There is currently a Mars race between SpaceX and Boeing, which is contracted by NASA to build the Space Launch System. Both say they plan on getting someone to Mars in the 2030s. Neither seems to be prepared to protect their astronauts from heavy ion galactic cosmic rays. Elon Musk and SpaceX have a history of making rosy predictions. Also, at the moment of this writing, the SLS is over budget and behind schedule. When we will see the first human on Mars remains in doubt. Mars tourism will be significantly later than that.

As I cull the internet for serious articles about Mars and Solar System tourism, I have come across an article which considers health concerns of deep space travel: Engadget. The author says that SpaceX was repeatedly contacted about this, but with no response. Similarly, I have twice gone to an "Ask NASA a Question" website and asked about astronaut exposure to galactic cosmic rays. I did not receive a direct response, but was told to look at articles on the NASA website.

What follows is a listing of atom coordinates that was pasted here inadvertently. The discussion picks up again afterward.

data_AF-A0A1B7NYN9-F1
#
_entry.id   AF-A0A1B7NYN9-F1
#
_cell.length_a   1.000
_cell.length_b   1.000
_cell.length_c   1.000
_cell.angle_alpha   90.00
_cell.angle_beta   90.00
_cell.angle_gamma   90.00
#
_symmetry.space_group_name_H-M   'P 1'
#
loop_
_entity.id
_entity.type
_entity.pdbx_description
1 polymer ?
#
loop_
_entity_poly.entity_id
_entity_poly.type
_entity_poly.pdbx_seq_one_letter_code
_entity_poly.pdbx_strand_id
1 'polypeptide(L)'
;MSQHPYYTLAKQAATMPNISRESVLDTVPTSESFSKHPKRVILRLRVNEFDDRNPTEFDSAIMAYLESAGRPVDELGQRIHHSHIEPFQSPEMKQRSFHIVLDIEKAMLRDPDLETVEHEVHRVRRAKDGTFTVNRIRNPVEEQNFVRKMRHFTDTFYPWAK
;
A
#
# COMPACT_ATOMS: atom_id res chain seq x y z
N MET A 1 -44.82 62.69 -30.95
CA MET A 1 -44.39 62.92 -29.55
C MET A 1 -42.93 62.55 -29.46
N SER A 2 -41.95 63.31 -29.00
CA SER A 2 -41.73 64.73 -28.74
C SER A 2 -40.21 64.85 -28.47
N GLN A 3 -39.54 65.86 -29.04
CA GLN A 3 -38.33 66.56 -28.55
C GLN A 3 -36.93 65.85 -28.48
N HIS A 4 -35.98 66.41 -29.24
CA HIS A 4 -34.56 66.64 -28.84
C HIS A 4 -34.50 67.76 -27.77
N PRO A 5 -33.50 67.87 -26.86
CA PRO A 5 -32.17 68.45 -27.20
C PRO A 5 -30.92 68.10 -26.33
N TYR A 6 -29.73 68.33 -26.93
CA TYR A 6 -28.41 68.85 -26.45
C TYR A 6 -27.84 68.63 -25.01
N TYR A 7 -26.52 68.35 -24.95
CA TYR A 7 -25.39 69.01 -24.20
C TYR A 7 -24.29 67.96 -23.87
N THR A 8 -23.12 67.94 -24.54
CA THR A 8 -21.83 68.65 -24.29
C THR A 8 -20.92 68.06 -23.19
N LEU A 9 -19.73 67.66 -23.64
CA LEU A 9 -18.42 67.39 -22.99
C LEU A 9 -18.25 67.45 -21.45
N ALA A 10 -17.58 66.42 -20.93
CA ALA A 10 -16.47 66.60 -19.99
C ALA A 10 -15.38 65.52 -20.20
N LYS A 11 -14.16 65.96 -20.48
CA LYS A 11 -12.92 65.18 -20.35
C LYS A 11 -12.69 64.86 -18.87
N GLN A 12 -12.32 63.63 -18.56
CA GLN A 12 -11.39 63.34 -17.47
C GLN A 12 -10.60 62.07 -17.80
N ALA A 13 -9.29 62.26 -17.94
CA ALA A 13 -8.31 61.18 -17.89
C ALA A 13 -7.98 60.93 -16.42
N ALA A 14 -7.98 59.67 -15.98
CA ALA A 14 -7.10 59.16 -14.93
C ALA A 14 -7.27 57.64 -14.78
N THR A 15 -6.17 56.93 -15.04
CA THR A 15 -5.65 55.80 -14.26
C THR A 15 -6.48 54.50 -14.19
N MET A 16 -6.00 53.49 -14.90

Here is a brief piece in which two UCF Professors debate space tourism, including a couple interesting statistics on the economic value of existing tourism, worldwide. has a nifty site about what it would be like to live on other worlds. While I am concentrating on tourism, not colonization, the site is a good source for what tourists might find in solar system worlds. The Portalist has a brief piece contemplating space tourism, including solar system tourism.

There is an MSN kids' site called The Space Tourists Guide to the Planets that is worth looking at.

UPDATE: BTW, NASA now plans to land humans on the Moon by 2024.